Resins containing bisGMA/TEGDMA exhibited significantly decreased values for hardness (Figure 1), FS, and FM (Table 1) compared with UDMA/TEGDMA resins (). For bisGMA/TEGDMA resins, 60/40 wt% ratio exhibited significantly higher hardness values compared with the other formulations () (Figure 1). Resins containing 50/50, 60/40, and 70/30 wt% UDMA/TEGDMA exhibited significantly higher hardness values compared with any other UDMA/TEGDMA mixture () (Figure 1).
The FS and FM of 50/50, 60/40, and 70/30 wt% UDMA/TEGDMA- and bisGMA/TEGDMA-based resins were significantly higher compared with the other formulations () (Table 1). Resins containing 50/50, 60/40, and 70/30 wt% UDMA/TEGDMA mixtures exhibited significantly higher FS values compared with resins containing 50/50, 60/40, and 70/30 wt% bisGMA/TEGDMA mixtures (Table 1).
The optimum concentration of bisGMA/TEGDMA and UDMA/TEGDMA based on DC (data not shown), hardness (Figure 1), FS, and FM (Table 1) was determined to be 60/40 wt%. Therefore, this concentration was used for Bioglass addition experiments.
3.2. Resin Composites
The DC of bisGMA/TEGDMA-based resins containing 20 wt% Bioglass was significantly higher compared with the other bisGMA/TEGDMA-based resin composites (). Although UDMA/TEGDMA-based resin composites containing 20 wt% Bioglass exhibited the highest DC, it was not significantly different compared with the other UDMA/TEGDMA-based resin composites () (Figure 2). The addition of 5 wt% Bioglass resulted in a decrease in the DC of composites compared with unfilled resins; however, no additional decrease was observed up to 30 wt% Bioglass (Figure 2).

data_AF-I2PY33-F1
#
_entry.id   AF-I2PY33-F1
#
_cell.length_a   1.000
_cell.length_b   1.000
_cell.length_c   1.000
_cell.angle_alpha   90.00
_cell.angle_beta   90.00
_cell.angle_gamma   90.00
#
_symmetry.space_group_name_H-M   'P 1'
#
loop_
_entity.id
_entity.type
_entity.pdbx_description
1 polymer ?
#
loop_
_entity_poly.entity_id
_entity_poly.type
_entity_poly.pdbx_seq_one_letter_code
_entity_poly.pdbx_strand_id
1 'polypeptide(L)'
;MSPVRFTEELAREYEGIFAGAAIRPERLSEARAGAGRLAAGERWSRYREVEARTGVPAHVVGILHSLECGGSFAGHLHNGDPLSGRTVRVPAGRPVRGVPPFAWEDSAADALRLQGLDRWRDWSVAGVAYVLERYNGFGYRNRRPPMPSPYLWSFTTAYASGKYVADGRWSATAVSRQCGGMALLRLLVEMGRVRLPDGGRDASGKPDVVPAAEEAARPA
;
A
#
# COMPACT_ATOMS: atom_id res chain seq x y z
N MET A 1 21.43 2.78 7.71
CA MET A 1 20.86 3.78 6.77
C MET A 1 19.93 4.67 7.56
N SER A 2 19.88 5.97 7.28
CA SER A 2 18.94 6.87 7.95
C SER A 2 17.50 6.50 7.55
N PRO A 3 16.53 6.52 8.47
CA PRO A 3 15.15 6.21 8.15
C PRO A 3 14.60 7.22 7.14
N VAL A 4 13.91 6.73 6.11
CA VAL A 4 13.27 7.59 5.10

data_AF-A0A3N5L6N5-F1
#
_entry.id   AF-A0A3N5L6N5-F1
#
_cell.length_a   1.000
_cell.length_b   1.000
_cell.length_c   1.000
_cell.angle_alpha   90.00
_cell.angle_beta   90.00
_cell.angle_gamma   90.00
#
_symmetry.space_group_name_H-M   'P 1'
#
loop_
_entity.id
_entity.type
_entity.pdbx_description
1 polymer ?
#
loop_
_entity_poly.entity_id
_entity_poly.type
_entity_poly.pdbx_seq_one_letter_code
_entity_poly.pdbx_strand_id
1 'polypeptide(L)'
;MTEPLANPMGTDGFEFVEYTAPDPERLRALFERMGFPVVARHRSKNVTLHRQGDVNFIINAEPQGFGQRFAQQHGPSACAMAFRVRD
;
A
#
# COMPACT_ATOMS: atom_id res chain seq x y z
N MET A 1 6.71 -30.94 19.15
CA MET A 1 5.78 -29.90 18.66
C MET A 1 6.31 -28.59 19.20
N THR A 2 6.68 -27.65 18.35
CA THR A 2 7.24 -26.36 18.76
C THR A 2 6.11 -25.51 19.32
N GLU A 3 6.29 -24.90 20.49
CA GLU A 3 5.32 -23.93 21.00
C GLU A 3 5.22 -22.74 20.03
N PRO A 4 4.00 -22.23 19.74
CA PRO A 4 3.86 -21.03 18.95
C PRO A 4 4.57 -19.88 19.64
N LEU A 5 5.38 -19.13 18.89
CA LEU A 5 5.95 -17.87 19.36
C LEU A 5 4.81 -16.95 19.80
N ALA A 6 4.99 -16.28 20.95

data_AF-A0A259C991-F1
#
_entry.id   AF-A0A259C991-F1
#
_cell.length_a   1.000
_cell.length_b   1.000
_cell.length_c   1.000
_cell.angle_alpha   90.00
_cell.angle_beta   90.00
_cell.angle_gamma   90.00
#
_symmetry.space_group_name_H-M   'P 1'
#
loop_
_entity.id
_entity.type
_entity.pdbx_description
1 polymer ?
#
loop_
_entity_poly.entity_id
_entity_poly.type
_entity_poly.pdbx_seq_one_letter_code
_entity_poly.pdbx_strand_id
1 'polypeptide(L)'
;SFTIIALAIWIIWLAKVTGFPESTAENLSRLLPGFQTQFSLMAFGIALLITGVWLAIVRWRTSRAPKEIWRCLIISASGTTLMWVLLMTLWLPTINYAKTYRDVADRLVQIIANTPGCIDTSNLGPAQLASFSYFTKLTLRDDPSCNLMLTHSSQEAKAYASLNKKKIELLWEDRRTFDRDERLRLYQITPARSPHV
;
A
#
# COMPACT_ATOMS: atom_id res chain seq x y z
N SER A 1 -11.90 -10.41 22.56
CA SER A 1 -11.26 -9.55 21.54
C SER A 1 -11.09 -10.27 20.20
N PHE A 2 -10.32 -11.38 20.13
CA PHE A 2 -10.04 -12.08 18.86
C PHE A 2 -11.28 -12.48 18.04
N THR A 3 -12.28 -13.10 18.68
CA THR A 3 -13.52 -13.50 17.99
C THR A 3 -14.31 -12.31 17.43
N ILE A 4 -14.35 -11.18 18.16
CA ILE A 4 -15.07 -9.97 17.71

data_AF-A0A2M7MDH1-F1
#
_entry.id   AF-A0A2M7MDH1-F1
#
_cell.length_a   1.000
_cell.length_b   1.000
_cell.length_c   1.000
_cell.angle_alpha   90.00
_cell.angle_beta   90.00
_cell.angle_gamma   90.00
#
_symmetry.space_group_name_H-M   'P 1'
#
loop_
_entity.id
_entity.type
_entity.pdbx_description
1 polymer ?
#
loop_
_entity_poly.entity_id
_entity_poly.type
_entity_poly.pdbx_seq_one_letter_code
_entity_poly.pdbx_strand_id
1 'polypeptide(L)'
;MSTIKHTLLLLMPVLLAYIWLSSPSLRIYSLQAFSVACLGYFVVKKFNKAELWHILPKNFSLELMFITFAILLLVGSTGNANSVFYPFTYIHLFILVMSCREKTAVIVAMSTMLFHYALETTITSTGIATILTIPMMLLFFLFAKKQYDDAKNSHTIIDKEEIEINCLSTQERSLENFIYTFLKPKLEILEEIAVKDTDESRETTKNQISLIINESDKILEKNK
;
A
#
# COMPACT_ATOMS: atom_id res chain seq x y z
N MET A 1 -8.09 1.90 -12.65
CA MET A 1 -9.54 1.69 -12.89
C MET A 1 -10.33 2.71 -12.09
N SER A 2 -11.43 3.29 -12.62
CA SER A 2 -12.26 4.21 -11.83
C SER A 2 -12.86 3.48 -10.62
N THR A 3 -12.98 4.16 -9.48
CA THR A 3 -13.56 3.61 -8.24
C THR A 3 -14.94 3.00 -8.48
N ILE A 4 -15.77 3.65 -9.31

FS and FM of bisGMA/TEGDMA resin composites containing 20 wt% Bioglass were significantly higher compared with bisGMA/TEGDMA composites containing 70 wt% silica () (Table 2). There was no significant difference in the FS and FM of UDMA/TEGDMA composites containing 70 wt% silica and UDMA/TEGDMA composites containing 20 wt% Bioglass () (Table 2). However addition of >20 wt% Biglass to both bisGMA/TEGDMA- and UDMA/TEGDMA-based resin composites resulted in a marked decrease in FS, which was significantly lower compared with the other bisGMA/TEGDMA and UMDA/TEGDMA resin composites () (Table 2).
Figure 3 shows the fracture surface of the 60/40 wt% U/T containing 20 wt% and 30 wt% Bioglass. There is some evidence of filler “plucking” and filler “shearing,” which may suggest that more energy is required for crack propagation.
The addition of up to 30 wt% Bioglass to bisGMA/TEGDMA and UDMA/TEGDMA resin composites had no detrimental effect on the DC (Figure 3), whereas the addition of >20 wt% Bioglass to either bisGMA/TEGDMA or UDMA/TEGDMA resin composites had a negative impact on the FS and FM of the final composites (Table 2).